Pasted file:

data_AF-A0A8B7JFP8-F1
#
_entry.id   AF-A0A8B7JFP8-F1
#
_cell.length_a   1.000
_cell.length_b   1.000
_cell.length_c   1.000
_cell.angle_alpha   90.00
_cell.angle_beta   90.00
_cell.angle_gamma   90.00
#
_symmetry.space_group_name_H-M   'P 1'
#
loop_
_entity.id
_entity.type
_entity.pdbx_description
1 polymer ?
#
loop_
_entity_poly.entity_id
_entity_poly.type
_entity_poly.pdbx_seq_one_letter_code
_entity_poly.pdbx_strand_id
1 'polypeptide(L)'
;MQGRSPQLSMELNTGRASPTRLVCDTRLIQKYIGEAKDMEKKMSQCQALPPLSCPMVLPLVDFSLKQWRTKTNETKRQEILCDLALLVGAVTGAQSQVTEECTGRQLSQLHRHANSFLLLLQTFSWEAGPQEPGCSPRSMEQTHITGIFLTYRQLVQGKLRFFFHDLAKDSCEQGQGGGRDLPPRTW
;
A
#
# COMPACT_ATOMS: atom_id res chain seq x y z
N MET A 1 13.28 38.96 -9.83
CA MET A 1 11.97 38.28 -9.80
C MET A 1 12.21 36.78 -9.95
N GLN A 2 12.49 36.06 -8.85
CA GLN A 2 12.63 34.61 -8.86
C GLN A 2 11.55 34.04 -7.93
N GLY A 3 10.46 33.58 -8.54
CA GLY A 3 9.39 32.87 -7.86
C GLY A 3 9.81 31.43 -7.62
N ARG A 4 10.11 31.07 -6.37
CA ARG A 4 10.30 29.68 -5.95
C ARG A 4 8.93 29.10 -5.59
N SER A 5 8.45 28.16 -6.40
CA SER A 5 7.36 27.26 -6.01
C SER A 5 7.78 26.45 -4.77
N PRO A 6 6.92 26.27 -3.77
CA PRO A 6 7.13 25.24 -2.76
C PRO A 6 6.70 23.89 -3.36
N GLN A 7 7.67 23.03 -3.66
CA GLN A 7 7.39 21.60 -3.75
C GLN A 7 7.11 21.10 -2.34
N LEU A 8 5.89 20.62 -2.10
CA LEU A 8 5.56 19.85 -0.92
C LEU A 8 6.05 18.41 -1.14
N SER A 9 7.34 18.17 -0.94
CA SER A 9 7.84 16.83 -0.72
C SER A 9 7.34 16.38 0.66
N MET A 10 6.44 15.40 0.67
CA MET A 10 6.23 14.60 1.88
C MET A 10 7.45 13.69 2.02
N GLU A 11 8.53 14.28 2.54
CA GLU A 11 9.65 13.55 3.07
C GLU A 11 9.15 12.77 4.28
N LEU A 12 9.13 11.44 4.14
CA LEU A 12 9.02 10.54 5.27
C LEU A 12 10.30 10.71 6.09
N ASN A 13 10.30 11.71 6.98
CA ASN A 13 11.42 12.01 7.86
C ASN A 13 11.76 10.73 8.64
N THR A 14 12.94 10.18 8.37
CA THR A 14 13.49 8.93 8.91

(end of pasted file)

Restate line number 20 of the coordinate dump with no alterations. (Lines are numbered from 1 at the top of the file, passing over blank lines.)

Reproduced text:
loop_